Latest Design Fads For Guest Bedrooms
With the hotel industry booming and UK-based hotels continuing to capitalise on the rise of ‘staycations,’ competition is fiercer than ever. Not only this, but due to rising entries into the market of ‘room letting websites’ such as AirBnB, which offer a cheaper alternative to the traditional hotel room, many hotels are focusing on turning their guestrooms into affordable luxury havens in a bid to tempt travellers away from cheaper offerings.
Vision Support Services, the leading supplier of specialist, luxury and performance textiles to the global accommodation market holds its annual Hilden Style Awards every year. These awards seek to find stylish boutique and independent hotels, B&Bs and restaurants across the UK. Jenny Dixon, manager of the awards says, “Our Hilden Style Awards put us in a great position to see what’s trending in the industry in terms of guestroom design. On top of this, our knowledge as a textiles company also means we are further in a unique position to be able to offer advice for trends in soft furnishings and linens.”
Jenny continues; “All of this information goes into creating our annual Style Guide, which showcases all the latest interior trends from this particular section of the market.”
Here, Jenny talks us through the latest design fads for guestroom style:
In a bid to entice visitors and guests, many hoteliers are now focusing on making the bed the focal point of the room. This makes perfect sense as the bed is often the first thing you notice or look at when entering a hotel room.
Hoteliers have cottoned on to this and know it’s about making the bed look as comfy as possible. For example, one of the key things we have noticed this year is that the amount of pillows placed on the guest bed has increased, hotels now use an average of five to seven pillows to bulk up their beds and appeal to guests. Many establishments have also started to incorporate pillow menus as a way to impress the guests, offering them a range of natural and synthetic pillows to not only cater to allergy sufferers, but to ensure they are as comfy and relaxed as possible.
This year we’ve also seen an increase in the request for luxury linen (300 thread count and above) as hoteliers look to offer guests a sumptuous night’s sleep. Whilst white is still the most popular colour, we have noticed that the more boutique and independent establishments tend to be a bit more experimental, adding different textures or splashes of colours to their beds – for example, in the use of throws and cushions.
In the era of TripAdvisor hoteliers now know how important it is to create a bed that really offers a luxury experience for the guest. It doesn’t only have to feel luxurious and sumptuous, but it has to look it to – especially important for the younger generation who live on photo sharing apps such as Instagram, Snapchat and Pinterest.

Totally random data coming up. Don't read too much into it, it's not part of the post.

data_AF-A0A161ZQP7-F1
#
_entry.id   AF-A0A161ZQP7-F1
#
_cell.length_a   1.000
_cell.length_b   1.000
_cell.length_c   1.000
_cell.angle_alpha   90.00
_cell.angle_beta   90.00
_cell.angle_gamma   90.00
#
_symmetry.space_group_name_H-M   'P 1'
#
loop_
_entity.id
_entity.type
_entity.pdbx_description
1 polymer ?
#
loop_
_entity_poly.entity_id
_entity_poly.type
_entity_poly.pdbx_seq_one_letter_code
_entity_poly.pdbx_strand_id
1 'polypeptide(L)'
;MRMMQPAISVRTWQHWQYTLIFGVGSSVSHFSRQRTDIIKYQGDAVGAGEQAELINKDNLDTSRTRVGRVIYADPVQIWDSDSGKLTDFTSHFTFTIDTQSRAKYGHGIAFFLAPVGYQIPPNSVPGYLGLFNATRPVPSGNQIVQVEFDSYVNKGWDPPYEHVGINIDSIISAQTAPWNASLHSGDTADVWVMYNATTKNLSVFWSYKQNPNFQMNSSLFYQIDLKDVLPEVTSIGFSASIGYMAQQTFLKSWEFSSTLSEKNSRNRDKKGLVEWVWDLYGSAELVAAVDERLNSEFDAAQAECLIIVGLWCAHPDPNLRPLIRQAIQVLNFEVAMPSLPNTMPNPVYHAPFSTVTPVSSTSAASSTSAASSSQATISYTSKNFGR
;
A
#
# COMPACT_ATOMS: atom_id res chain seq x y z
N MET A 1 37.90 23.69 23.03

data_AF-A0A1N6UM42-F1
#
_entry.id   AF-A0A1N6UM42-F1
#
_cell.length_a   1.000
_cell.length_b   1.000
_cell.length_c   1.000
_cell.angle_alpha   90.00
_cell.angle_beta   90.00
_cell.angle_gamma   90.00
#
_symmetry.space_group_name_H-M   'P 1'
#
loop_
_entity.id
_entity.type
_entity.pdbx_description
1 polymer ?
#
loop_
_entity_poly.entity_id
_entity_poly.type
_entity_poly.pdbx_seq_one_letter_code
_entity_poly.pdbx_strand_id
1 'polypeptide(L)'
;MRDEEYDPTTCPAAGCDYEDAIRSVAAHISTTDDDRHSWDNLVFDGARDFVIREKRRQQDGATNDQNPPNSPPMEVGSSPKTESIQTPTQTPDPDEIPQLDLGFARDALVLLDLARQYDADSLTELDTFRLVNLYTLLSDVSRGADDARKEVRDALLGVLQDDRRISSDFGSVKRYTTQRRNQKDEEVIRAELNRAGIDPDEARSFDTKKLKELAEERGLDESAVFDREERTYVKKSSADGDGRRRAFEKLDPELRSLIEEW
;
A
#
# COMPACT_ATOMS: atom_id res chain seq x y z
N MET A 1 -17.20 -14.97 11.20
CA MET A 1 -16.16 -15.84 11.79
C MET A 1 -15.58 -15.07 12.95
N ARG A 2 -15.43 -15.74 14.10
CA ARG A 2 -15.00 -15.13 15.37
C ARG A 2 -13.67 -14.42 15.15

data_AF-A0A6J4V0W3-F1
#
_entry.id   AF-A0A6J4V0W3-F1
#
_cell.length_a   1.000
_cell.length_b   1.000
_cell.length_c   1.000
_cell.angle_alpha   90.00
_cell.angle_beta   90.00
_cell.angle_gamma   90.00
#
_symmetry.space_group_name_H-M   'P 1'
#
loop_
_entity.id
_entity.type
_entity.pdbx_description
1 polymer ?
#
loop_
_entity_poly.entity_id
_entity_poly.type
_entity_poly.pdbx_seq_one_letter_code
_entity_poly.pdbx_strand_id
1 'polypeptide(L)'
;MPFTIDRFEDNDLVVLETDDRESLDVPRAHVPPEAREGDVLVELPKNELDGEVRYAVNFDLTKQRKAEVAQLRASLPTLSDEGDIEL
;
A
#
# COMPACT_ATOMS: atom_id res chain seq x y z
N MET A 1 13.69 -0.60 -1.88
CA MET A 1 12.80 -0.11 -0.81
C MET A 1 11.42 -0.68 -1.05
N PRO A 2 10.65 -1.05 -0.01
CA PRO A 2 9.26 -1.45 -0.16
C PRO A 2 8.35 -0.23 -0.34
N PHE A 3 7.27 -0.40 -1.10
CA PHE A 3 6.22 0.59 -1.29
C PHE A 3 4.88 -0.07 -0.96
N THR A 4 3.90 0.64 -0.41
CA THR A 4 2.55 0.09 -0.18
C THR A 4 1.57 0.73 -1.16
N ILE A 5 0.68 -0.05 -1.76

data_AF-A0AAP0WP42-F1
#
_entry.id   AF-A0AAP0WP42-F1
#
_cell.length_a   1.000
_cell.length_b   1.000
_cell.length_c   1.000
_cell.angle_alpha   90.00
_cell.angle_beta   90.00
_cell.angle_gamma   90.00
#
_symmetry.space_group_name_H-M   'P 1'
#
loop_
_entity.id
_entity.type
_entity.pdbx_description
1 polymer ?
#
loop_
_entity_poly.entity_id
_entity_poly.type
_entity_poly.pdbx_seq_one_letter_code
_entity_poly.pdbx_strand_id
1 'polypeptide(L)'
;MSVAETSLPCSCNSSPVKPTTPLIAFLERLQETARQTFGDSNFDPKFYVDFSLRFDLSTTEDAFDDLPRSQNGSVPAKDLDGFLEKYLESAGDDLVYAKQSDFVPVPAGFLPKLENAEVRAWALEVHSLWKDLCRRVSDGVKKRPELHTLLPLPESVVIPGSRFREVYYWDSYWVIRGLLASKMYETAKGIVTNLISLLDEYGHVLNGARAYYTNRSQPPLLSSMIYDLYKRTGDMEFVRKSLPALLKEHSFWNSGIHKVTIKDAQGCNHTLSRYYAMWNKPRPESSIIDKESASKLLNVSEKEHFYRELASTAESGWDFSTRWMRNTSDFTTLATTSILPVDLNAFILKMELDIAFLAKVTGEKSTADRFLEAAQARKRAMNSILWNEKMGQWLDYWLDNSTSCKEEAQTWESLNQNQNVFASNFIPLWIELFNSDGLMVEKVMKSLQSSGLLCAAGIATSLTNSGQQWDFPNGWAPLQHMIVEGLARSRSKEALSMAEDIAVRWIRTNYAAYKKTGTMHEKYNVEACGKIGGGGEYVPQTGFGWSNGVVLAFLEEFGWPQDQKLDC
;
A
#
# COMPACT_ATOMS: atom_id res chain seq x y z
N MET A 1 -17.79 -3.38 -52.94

From our Style Awards we can get a sense of what is really trending in hospitality interior colour schemes. This year we have noticed a big come back for more neutral colours like whites and beiges – offering a ‘clean’ look favoured by guests. But we’ve also seen an emergence in blues, greys and light greys especially mixed with a white palette which gives a more opulent feel.
On the opposite end of the spectrum, we’ve also seen from our entries that hotels are starting to use more vibrant colours such as rich purples and even deep pinks. Again, this is due to the more boutique establishments wanting to offer guests a completely different and richer experience away from the ‘norm’.
In our Hilden Style Guide, the bible for hospitality design trends for 2016, we also point out that hotels and B&Bs are now getting extra savvy with space. Most now realise that the traditional room set up of a bed and a desk/chair is now obsolete. Those working away from the office now have mobile means of working and no longer require to physically sit at a desk with a laptop or pen/paper.
As such, hoteliers are now taking out this now archaic form of furniture in a bid to make the room look more modern and spacious. This allows the designers to play with the space a lot more, with starting to blur the lines between bathrooms and bedrooms. Lots of luxury hoteliers are now bringing bath tubs into the main guestroom to add a completely different dynamic to the room, and even the bath tub can’t escape a style overhaul, with chrome and antique baths leading the way in guestroom/bathroom renovation.
Clashing styles and eras
Lastly, another key trend we’ve seen over the last 12 months has perhaps taken its stance from the world of fashion. Just as it is fashionable to mix up trends and patterns in clothing, this seems to have now translated to the world of hospitality design. Think conflicting materials and the mixing of different eras – antique combined with modern, metal combined with wood etc. This is especially essential in the boutique sector, where they can be more experimental and quirkier with their sense of style.
For more trends and information on hospitality design for 2016, you can download the Hilden Style Guide by visiting www.hilden.co.uk.